This collection of essays and interviews, some previously unpublished and almost all of which appear in English for the first time, encompasses the political and ethical thinking of Jacques Derrida over thirty years. Passionate, rigorous, beautifully argued, wide-ranging, the texts shed an entirely new light on his work and will be welcomed by scholars in many disciplines—politics, philosophy, history, cultural studies, literature, and a range of interdisciplinary programs.
Derrida's arguments vary in their responsiveness to given political questions—sometimes they are vivid polemics on behalf of a position or figure, sometimes they are reflective analyses of a philosophical problem. They are united by the recurrent question of political decision or responsibility and the insistence that the apparent simplicity or programmatic character of political decision is in fact a profound avoidance of the political. This volume testifies to the possibility and the necessity of a philosophical politics.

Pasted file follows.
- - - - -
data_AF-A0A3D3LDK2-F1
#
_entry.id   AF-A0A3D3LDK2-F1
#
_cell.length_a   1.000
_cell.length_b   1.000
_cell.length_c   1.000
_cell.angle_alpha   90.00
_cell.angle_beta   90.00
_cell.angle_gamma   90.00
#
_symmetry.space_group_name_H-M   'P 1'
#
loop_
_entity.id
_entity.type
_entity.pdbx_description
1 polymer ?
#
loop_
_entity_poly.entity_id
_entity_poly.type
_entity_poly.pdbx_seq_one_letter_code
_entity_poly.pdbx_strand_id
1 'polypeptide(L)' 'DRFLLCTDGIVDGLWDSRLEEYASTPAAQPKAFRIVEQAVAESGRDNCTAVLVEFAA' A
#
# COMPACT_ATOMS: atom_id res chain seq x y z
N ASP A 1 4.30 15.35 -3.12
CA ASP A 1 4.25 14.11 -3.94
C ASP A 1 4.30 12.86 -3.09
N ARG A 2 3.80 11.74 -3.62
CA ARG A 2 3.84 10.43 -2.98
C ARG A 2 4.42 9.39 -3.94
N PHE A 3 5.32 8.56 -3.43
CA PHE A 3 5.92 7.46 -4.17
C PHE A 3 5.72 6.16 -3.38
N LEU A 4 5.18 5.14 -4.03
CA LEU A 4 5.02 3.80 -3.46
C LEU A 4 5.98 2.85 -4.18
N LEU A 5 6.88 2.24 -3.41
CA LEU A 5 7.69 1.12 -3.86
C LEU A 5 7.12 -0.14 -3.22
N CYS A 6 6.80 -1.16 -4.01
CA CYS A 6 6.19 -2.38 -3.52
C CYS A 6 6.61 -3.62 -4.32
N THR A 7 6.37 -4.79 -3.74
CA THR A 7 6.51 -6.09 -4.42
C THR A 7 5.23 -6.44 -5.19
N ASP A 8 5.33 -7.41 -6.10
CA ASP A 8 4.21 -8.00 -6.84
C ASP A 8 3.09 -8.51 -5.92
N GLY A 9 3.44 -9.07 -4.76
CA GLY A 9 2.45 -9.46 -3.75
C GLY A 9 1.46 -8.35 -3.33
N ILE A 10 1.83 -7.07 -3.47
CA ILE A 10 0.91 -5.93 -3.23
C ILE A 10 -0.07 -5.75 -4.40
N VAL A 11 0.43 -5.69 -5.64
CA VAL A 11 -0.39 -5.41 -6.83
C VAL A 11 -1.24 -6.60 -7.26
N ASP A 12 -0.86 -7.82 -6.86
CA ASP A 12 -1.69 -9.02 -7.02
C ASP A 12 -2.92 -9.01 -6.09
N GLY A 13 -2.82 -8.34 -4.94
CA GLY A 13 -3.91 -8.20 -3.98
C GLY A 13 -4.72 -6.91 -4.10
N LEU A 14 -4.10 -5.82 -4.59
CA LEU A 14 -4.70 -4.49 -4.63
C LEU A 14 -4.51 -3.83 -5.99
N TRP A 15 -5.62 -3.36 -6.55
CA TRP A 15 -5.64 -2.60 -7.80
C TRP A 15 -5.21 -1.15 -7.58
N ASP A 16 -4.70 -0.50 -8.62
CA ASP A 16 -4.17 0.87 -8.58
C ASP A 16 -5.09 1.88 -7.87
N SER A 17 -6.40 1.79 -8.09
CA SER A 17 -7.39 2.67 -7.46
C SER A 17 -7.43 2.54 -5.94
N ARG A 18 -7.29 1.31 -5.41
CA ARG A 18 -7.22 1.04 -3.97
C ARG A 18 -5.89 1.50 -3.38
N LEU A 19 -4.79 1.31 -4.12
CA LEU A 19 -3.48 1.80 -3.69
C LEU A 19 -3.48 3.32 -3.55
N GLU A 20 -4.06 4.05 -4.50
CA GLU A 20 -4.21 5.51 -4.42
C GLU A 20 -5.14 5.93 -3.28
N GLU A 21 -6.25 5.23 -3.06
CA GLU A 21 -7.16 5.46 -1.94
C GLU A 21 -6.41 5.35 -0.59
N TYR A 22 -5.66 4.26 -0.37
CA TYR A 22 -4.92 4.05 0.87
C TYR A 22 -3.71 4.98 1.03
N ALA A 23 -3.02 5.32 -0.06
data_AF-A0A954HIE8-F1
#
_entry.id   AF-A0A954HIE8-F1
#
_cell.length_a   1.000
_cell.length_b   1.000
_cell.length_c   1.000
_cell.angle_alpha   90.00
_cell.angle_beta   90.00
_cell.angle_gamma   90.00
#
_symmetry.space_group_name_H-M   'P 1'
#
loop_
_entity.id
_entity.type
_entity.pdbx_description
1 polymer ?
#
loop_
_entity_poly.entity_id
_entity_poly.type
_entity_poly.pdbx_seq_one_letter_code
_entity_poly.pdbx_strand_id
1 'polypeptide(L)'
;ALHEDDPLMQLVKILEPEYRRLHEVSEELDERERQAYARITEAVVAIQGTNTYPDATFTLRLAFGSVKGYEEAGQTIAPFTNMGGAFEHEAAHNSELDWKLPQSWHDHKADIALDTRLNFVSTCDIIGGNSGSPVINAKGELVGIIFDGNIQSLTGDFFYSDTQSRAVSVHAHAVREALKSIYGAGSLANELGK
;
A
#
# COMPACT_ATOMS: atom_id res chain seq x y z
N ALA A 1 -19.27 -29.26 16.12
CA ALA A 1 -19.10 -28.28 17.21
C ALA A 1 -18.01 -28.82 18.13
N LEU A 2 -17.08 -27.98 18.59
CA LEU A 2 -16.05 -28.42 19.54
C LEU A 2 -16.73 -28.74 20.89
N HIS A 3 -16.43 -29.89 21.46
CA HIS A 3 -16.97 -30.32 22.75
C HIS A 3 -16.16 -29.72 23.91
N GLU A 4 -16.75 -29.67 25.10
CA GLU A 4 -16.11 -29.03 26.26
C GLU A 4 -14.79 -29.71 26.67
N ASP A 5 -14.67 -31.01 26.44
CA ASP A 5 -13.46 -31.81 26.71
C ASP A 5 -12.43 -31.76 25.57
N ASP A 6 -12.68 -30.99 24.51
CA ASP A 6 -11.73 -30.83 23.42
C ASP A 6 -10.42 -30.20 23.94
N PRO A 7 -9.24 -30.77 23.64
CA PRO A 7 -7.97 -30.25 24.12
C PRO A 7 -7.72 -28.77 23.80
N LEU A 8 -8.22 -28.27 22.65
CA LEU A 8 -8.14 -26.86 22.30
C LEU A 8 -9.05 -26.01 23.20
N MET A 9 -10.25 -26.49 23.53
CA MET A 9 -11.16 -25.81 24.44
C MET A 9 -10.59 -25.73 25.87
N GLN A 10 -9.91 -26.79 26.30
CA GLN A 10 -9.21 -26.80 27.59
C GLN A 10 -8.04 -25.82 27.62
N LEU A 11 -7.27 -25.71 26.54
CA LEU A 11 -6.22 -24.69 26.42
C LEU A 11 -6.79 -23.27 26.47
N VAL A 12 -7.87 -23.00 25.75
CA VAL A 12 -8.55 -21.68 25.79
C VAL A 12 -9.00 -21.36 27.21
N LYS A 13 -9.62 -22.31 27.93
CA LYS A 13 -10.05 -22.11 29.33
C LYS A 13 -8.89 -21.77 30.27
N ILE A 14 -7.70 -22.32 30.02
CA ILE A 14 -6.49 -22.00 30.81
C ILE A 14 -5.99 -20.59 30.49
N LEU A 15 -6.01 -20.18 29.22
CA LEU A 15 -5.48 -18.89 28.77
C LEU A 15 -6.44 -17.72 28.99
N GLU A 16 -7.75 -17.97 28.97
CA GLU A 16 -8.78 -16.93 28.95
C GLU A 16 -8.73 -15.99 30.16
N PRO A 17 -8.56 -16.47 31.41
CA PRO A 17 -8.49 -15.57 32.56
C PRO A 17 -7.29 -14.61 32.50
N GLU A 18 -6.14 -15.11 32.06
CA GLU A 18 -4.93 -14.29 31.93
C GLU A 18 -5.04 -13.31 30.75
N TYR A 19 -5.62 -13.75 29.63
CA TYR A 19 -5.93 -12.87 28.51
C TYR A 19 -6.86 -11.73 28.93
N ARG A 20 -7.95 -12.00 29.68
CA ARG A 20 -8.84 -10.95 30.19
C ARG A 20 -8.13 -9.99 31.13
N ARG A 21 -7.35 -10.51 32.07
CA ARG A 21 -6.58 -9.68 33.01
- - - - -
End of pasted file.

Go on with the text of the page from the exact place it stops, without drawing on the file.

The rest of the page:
Negotiations assembles some of the most telling examples of the intrinsic relationship, so often affirmed by Derrida in more abstract philosophical terms, between deconstructive reading practices and what is called the "political"—more precisely, politics in an almost down-to-earth, pragmatic, and commonsense use of the word. Among the many subjects covered in the book are: the death penalty in the United States, the civil war in Algeria, globalization and cosmopolitanism, the American Declaration of Independence, Jean-Paul Sartre, the value of objectivity, politics and friendship, and the relationship between deconstruction and actuality.